Avatars of a Feather Flock Together: Gender Homophily in Online Video Games Revealed via Exponential Random Graph (ERG) Modeling

Shiyu Zhang, Sander Bakkes, Diederik Roijers, Pieter Spronck

Research output: Contribution to journalArticleScientificpeer-review


Increasingly more scholars have regarded the virtual worlds of massively multiplayer online games (MMOGs) as a social laboratory, and have paid research attention to the online interactions between its large number of players. In the present study, we examine a widely observed real-life phenomenon—gender homophily (i.e., people of the same gender flocking together)—in this virtual context. Specifically, we investigate how collaboration networks in an MMOG (Destiny) are shaped by the adopted gender of the avatar characters. This focus is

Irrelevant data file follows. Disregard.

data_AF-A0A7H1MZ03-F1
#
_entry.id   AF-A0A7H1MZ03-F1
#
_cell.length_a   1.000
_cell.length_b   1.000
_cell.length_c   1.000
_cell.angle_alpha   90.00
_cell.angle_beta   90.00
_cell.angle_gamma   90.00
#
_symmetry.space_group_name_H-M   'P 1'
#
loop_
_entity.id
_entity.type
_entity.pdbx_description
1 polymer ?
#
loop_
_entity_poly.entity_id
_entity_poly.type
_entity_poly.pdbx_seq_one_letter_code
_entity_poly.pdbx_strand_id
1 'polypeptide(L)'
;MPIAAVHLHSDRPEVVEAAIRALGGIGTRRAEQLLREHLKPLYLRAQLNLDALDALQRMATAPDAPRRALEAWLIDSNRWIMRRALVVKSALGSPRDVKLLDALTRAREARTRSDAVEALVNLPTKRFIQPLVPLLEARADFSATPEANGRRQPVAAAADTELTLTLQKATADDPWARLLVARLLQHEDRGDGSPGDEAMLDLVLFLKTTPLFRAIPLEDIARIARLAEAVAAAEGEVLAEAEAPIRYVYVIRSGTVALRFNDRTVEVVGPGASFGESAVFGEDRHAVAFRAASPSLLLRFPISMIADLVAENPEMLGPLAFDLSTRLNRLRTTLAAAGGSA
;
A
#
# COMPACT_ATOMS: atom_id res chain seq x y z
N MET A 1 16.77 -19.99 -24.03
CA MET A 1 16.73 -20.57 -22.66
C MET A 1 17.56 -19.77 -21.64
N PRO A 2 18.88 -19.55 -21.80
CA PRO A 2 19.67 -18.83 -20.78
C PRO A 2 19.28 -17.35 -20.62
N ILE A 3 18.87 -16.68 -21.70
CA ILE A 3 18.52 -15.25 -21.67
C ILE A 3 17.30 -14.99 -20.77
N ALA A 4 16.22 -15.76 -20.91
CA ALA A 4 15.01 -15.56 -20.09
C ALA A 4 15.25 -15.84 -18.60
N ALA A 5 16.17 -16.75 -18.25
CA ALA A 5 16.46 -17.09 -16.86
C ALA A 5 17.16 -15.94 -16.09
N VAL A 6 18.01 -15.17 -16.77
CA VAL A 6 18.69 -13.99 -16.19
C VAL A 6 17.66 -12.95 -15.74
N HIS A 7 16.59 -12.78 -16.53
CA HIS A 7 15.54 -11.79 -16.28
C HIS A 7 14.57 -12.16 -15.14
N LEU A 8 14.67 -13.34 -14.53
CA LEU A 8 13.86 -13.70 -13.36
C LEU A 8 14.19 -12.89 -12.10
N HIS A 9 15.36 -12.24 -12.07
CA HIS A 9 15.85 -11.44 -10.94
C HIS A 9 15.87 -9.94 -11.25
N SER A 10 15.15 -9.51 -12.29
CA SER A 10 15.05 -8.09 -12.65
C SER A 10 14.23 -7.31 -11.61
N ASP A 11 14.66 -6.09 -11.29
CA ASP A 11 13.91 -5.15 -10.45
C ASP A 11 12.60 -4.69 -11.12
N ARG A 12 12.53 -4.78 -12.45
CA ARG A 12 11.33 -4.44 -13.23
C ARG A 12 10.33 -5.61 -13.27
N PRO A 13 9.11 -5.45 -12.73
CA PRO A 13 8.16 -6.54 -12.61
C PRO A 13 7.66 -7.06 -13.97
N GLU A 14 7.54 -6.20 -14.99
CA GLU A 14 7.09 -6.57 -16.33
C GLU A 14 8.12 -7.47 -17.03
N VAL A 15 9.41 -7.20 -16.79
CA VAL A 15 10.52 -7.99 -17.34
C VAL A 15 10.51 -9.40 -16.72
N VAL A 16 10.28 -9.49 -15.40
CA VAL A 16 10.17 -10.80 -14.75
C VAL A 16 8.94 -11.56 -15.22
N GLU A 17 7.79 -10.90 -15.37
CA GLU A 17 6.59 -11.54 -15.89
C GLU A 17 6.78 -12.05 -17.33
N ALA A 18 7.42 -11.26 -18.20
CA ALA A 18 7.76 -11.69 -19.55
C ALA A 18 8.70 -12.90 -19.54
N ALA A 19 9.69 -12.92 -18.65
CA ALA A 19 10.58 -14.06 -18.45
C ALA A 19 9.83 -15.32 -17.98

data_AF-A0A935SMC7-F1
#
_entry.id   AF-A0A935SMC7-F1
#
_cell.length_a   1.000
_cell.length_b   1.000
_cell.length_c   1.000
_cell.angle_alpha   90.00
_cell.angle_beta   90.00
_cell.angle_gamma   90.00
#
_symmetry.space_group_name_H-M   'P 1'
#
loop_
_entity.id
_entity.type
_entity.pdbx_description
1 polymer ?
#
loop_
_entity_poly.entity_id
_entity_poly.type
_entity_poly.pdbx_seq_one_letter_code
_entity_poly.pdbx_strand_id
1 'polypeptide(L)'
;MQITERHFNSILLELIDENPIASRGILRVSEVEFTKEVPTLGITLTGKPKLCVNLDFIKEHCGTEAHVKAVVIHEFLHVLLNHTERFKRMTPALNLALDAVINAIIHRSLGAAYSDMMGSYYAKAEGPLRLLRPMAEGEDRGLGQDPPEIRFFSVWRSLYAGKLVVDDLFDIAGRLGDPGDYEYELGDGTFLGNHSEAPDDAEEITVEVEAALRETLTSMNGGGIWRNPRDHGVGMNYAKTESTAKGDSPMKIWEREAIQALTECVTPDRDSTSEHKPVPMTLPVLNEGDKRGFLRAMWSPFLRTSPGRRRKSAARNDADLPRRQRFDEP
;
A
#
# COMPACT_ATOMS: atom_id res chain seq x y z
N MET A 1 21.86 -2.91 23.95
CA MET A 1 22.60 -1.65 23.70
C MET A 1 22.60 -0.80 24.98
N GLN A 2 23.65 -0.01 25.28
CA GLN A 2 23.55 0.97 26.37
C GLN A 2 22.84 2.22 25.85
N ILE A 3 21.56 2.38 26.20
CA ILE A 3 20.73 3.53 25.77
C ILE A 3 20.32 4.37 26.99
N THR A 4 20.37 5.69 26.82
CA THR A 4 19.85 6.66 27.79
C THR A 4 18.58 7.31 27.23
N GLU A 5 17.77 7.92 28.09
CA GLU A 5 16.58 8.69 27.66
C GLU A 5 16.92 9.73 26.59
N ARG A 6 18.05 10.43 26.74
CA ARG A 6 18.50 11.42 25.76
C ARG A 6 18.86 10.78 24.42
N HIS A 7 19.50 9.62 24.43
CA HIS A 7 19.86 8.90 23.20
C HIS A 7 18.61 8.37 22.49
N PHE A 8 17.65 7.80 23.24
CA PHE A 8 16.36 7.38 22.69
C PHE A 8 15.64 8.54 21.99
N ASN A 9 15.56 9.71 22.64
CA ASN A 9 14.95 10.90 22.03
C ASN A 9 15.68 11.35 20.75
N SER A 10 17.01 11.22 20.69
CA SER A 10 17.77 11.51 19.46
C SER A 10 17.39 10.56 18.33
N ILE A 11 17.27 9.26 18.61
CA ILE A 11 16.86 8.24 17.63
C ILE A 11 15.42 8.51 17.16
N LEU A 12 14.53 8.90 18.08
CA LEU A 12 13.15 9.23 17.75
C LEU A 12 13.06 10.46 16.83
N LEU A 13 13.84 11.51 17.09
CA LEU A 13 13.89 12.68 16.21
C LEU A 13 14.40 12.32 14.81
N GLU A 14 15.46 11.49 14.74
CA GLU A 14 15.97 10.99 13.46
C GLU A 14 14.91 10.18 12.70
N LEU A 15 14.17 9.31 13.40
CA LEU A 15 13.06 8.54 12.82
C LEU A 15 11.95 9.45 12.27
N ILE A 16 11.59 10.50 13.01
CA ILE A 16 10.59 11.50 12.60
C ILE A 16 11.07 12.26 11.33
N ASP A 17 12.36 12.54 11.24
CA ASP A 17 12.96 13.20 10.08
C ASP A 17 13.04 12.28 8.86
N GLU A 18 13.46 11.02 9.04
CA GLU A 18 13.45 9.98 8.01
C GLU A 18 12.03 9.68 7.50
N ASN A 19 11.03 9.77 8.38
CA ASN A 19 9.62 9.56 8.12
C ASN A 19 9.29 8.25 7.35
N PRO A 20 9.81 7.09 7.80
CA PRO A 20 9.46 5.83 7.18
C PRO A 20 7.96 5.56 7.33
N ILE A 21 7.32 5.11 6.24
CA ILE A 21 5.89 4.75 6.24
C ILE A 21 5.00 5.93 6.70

interesting, as avatar gender in video games is generally a choice that is less constrained than it is in real life. To investigate the effect of gender in online video games, while controlling for the effects of several confounding factors, we employed a technique called exponential random graph modelling. Mirroring
how interpersonal relationships are often gendered in real life, and despite common phenomenon such as gender swapping, we found evidence supporting gender homophily in the MMOG environment.
Original languageEnglish
JournalIEEE Transactions on Computational Intelligence and AI in Games
Publication statusPublished - 2020

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